By James Fallows
As I mentioned late last night, the House of Representatives unanimously passed a resolution apologising for the discriminatory nature of the Chinese Exclusion Act of 1882. Here is a late 19th century cartoon that conveys the general tenor of the Act. You can read the text of the Act here and also get the idea. Memories of the era are kept alive in China, which is why the apology resolution got so much attention and acclaim in the Chinese press this week:
The resolution of regret was passed by the current US House of Representatives: John Boehner, Speaker; Eric Cantor, Majority Leader; and all members of their 50-seat Republican majority.
I think this vote made very good sense, and I am glad to see the Republican majority expressing remorse for a past American mistake. I know there will be discussion about "apologising for America" in the upcoming GOP convention, and I'm sure it will focus on this measure.
On the further history of the topic and implications for today's immigration debates, the immigration scholar Benjamin Railton writes in to say:
I also just wanted to note that the CEA wasn't just the first restriction on immigration; it was the first immigration law period (this is the first of the three things in my book, the specific histories of immigration laws and lack thereof in America).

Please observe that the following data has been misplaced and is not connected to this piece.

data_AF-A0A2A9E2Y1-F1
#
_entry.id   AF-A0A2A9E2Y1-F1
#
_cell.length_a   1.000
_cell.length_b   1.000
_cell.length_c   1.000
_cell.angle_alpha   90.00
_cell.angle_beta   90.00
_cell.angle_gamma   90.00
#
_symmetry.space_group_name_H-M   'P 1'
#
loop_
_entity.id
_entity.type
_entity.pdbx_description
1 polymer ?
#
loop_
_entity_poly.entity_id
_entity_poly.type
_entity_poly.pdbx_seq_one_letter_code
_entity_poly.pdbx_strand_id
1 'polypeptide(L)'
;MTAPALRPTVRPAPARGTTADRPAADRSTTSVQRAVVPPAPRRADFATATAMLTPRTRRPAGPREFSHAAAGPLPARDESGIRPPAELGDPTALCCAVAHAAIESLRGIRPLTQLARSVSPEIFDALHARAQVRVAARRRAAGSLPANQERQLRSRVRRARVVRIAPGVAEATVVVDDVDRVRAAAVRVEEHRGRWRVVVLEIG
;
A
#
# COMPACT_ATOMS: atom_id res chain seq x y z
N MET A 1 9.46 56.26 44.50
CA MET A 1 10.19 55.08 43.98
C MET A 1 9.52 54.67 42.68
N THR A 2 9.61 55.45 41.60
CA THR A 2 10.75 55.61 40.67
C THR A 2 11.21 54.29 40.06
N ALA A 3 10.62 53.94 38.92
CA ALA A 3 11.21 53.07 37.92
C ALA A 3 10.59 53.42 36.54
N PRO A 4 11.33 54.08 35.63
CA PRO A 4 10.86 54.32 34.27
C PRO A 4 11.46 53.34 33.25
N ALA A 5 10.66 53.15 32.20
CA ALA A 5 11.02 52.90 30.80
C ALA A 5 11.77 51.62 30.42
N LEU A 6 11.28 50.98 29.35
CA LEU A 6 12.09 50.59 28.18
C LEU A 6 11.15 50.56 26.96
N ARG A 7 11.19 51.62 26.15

Prior to that, every immigrant was neither legal nor illegal, as there were no laws that applied to them. And even from 1882 to 1921, every immigrant not covered by that law (so basically any non-Chinese and eventually non-Asian immigrant; nor covered by the 1875 Page Act, which restricted only prostitutes and convicted criminals) was still neither legal nor illegal, as they continued to fall under the jurisdiction of no law.
I think this information makes a big difference, since so many of our arguments about immigration include the phrase "My ancestors came here legally" (meaning that they chose to follow the law), and it's almost always entirely untrue.
* I don't know the original source of the cartoon; I saw it here.
This post was originally published at The Atlantic
21 June 2012